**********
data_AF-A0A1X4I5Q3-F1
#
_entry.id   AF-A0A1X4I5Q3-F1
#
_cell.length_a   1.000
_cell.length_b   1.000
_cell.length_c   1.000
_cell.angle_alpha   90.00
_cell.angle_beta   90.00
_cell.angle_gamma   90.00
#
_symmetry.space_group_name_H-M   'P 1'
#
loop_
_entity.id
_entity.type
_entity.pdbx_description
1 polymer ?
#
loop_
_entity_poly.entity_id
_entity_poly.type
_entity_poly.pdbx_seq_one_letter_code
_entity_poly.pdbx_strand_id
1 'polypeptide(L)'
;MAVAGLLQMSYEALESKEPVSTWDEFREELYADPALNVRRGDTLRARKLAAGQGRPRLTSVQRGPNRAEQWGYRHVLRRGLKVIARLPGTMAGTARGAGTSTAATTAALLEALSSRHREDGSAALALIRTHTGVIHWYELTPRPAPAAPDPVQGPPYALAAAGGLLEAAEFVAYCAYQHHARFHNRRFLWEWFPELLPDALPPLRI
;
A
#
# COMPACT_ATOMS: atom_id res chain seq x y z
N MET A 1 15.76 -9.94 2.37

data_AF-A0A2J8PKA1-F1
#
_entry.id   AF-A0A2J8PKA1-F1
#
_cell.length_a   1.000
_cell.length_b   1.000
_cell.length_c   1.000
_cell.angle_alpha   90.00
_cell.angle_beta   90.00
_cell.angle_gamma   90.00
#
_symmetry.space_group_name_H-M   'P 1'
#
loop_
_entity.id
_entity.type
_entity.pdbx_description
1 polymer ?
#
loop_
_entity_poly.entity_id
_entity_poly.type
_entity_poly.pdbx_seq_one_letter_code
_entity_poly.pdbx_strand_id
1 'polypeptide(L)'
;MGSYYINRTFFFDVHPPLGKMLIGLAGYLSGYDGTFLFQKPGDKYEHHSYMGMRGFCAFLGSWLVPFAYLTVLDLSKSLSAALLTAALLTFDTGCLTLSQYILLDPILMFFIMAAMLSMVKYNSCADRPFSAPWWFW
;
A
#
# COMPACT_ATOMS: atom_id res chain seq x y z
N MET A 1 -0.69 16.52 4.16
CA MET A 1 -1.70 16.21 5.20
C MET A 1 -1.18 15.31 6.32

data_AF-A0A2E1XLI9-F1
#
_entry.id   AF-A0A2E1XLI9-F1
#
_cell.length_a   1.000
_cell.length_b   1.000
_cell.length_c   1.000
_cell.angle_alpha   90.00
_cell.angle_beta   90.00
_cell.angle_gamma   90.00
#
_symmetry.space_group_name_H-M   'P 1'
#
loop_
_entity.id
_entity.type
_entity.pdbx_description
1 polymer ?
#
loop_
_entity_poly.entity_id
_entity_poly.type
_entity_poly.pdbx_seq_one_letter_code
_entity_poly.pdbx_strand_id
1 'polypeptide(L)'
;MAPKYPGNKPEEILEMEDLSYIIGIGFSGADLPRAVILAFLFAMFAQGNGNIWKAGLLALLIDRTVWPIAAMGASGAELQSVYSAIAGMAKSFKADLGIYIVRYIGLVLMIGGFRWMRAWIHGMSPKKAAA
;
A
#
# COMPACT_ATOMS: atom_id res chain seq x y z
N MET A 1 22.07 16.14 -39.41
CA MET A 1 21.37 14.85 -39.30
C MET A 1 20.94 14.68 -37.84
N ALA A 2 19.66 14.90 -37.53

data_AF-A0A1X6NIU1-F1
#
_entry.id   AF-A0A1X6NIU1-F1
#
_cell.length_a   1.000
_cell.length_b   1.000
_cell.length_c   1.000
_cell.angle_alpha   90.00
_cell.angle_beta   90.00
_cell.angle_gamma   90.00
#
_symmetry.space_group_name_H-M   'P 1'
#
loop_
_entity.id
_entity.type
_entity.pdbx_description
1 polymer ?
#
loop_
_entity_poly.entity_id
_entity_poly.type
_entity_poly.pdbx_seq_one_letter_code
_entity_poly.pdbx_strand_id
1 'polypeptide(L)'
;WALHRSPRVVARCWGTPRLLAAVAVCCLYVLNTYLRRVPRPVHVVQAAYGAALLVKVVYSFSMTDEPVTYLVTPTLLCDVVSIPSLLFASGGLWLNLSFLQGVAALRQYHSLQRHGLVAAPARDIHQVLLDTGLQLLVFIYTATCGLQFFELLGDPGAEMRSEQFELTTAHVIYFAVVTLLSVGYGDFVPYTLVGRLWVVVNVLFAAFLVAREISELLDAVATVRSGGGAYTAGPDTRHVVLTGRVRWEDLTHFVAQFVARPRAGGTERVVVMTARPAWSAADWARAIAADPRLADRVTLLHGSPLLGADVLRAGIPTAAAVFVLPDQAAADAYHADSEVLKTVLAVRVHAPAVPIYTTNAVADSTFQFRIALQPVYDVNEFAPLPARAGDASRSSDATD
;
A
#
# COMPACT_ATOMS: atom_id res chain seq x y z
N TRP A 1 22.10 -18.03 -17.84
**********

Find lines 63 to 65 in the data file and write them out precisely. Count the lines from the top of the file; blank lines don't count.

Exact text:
CA MET A 1 -1.70 16.21 5.20
C MET A 1 -1.18 15.31 6.32

data_AF-A0A2E1XLI9-F1